In a pivotal legal challenge presented to the Minnesota Supreme Court on Thursday, attorney Ron Fein argued against former President Donald Trump’s qualification to be listed on the presidential ballot, as reported by Raw Story.
Central to Fein’s argument was the assertion that Trump should be considered ineligible to run for president unless he is granted amnesty by Congress for his alleged role in the January 6 insurrection. The state’s highest court scrutinized the legal nuances of Trump’s possible run during the session.
Fein firmly maintained that Trump’s involvement in the events of January 6 should bar him from appearing on Minnesota’s ballot for the presidency, citing the 14th Amendment which bars insurrectionists from holding office unless pardoned by Congress.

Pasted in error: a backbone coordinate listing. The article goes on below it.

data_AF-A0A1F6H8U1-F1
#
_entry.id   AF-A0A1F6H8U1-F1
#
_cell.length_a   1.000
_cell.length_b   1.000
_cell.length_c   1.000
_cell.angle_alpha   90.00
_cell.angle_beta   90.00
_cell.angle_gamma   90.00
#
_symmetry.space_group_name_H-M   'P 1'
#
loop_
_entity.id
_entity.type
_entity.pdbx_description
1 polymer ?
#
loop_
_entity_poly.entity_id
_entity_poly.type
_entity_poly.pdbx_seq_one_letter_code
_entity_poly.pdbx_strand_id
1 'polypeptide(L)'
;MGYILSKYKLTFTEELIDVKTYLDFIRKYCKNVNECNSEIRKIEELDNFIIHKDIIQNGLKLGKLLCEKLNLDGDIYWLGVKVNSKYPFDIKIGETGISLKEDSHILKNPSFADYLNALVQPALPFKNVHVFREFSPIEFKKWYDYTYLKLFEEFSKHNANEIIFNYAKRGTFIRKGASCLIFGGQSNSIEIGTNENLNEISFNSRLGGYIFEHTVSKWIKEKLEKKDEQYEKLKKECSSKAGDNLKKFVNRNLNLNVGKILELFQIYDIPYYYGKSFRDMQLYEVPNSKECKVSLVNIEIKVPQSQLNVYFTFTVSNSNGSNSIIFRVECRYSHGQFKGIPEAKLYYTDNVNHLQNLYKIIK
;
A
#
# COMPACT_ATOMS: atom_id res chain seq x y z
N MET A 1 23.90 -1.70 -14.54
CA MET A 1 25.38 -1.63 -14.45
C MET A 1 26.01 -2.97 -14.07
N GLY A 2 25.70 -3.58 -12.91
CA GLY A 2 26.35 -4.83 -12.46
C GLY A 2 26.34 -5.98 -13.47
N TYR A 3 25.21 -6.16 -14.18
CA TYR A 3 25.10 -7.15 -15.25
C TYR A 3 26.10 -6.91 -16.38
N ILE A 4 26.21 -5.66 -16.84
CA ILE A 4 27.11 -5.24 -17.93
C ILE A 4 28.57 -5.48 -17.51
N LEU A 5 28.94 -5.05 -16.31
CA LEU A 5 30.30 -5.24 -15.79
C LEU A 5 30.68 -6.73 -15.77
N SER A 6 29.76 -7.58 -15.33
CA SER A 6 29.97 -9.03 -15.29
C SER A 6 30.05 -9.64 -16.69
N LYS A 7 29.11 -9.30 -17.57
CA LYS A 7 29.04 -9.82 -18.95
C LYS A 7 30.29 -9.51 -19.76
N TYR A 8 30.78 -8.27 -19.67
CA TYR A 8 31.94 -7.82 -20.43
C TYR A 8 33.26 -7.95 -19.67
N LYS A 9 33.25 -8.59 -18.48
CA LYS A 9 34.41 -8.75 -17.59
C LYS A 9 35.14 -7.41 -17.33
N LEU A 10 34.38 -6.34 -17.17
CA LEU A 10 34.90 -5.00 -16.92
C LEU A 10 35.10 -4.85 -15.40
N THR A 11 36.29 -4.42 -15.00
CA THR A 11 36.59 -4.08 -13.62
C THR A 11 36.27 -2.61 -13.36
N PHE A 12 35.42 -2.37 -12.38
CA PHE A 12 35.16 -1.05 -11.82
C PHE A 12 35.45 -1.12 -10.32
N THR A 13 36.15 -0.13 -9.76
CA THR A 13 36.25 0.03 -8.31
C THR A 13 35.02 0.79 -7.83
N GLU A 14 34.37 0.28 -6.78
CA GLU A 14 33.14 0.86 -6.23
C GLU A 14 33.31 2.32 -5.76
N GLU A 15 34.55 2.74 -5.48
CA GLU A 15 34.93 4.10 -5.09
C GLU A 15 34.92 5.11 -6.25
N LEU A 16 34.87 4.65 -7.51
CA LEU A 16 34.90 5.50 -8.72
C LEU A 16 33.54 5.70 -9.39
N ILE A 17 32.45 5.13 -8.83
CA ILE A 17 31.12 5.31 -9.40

Fein recognized the slim chance of Congress providing such amnesty to Trump, which would require a two-thirds majority in both the Senate and the House of Representatives. He underscored the speculative nature of this outcome by stating, “It is extremely speculative that Trump would receive amnesty from two-thirds of both houses of Congress.”
He also pointed out that Trump has not yet sought amnesty, and emphasized the court’s tradition of not engaging with purely hypothetical scenarios, quoting the court’s own words, “This court has said that it does not decide questions that are purely hypothetical.”
Fein wrapped up his argument with a clear stipulation: “He’s disqualified unless and until two-thirds of Congress, both Houses grant him amnesty.”
The legal proceedings against Trump’s ballot eligibility echo the national discourse regarding his role in the January 6 events, which has been a watershed moment for the nation, spurring debate on responsibility and the repercussions for those implicated.